As the Doctor prepares for his inevitable death at Lake Silencio, he visits a former roommate and learns that the Cybermen are responsible for a series of disappearances at a local department store and resolves to investigate.
Doctor Who airs in the UK Saturday nights at 7:00PM on BBC ONE.
Doctor Who airs in the US Saturday nights at 9:00PM on BBC AMERICA.
Writer: Gareth Roberts
Director: Steve Hughes
I’m not going to have nearly as much to say about “Closing Time” as I have about the last few episodes of Doctor Who, because frankly, it’s a fairly thin story that doesn’t even attempt the suspenseful horror of “Night Terrors”, the character work of “The Girl Who Waited”, or the thematic explorations of “The God Complex”.
Instead, it’s a knockabout comedy episode that serves as a sequel of sorts to last season’s “The Lodger”, reuniting the Doctor with Craig Owens–who has recently become a father for the first time–and plunging the pair into a slightly silly adventure involving Cybermen, Cybermats, and a department store.
The first half of the episode plays out like a Carry On movie, wringing as much comedy as possible out of the mistaken impression that The Doctor and Craig are a gay couple and treating the Cybermen and their evil plot with more ridicule than reverence.
This isn’t helped once the story kicks into gear by the villains’ main threat manifesting itself as a cheap-looking metallic rat-creature that never manages to look like anything other than the lifeless prop that it is.
And once we get to the genuine drama at the end of the episode–in a scene which initially looks as though it might take the story in a much darker direction than expected–the story pulls out a lame “power of love” resolution that’s so cheesy that the characters themselves find time to make fun of it.
All that said, there’s still a fair amount to enjoy here. A couple of interesting pieces of character development include advancing Amy and Rory to quite a different place in their lives, as well as implying that The Doctor has spent 200 years traipsing around time between the end of “The God Complex” and the beginning of this episode, meaning that he’s just a day away from his death (as seen at the start of this season).
This gives Matt Smith the chance to add a little depth to The Doctor’s characterisation, occasionally stepping outside of his childlike mode to ruminate on his own mortality and his importance to the people of Earth.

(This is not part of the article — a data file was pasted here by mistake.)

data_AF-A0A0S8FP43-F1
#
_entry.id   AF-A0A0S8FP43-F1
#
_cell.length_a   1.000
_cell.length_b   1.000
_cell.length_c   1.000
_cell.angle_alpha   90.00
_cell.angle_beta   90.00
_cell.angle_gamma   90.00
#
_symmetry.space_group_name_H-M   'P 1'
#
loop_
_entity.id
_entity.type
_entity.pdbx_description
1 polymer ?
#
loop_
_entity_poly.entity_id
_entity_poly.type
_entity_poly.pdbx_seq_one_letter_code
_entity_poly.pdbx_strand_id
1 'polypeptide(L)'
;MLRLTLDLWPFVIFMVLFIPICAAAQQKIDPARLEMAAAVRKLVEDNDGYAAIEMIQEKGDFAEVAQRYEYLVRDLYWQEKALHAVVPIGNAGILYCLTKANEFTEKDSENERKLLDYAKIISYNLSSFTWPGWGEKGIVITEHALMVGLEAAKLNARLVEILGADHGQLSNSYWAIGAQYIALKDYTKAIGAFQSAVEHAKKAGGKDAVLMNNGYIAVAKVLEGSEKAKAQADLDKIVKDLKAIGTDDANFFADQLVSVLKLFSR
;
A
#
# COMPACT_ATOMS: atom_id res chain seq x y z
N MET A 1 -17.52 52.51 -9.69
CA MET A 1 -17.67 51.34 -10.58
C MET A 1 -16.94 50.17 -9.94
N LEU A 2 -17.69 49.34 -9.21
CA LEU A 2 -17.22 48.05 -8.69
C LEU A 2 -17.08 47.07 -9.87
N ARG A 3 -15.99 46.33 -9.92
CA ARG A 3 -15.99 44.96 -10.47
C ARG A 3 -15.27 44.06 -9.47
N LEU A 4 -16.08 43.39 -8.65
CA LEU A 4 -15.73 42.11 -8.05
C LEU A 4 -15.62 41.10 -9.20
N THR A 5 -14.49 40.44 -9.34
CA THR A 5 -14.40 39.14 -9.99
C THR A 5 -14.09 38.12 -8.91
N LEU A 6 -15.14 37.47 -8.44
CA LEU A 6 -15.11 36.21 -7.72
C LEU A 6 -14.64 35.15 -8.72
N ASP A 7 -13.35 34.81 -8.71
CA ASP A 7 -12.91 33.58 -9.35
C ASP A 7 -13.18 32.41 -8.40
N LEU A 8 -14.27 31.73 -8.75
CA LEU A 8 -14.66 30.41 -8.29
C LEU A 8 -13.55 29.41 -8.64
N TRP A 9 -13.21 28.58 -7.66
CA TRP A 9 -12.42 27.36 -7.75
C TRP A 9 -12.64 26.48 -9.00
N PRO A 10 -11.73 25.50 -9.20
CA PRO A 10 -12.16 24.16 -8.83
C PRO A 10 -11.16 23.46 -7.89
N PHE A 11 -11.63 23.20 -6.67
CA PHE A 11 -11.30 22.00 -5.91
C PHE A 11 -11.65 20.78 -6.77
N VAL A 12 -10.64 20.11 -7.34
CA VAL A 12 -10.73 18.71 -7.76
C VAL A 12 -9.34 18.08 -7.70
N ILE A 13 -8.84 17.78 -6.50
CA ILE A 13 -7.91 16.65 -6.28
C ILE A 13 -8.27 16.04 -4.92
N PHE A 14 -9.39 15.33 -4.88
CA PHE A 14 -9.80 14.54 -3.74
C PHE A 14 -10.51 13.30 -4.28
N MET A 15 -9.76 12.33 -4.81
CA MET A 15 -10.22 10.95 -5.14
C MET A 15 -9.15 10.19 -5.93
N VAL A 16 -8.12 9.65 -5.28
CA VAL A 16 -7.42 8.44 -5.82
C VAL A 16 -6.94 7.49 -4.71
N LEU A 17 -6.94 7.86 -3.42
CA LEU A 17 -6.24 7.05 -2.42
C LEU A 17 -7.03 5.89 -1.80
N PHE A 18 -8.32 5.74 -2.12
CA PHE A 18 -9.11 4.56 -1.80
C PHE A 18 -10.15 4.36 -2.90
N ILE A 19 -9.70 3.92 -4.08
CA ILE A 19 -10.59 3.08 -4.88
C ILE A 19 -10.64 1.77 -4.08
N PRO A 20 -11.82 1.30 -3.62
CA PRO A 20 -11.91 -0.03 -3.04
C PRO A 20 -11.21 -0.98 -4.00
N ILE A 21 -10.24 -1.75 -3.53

But I think it’s the lighter stuff that I’ll remember from this episode, as silly as it is, such as The Doctor’s interactions with Craig’s baby son (which include revealing the boy’s chosen name) or his chaotic attempt to work as a shop assistant in the toy department. And the comedic chemistry between The Doctor and Craig is pretty great, showing obvious signs of their off-screen friendship as seen in the making-of show Doctor Who Confidential (which, this week, is arguably better than the main show itself).
So although it might be silly and disposable, “Closing Time” actually works pretty wel a palate-cleanser before the season finale, which looks to be a big mess of River-Songy timey-wimey Silence-happy craziness based on this episode’s coda.
Just don’t expect it to have the depth or complexity of the last few episodes.
A journalist and sometime comics reviewer, Dave Wallace was raised on a traditional European diet of Beano comics, Asterix collections and Tintin books before growing up and discovering that sequential art could — occasionally — be even better than that. He has an unashamed soft spot for time-travel stories, Spider-Man, and anything by Alan Moore or Grant Morrison, and has been known to spend far too much on luxurious hardcover editions of his favorite books when it’s something he really likes. Maybe one day he’ll get around to writing down his own stories that have been knocking around his head for a while now.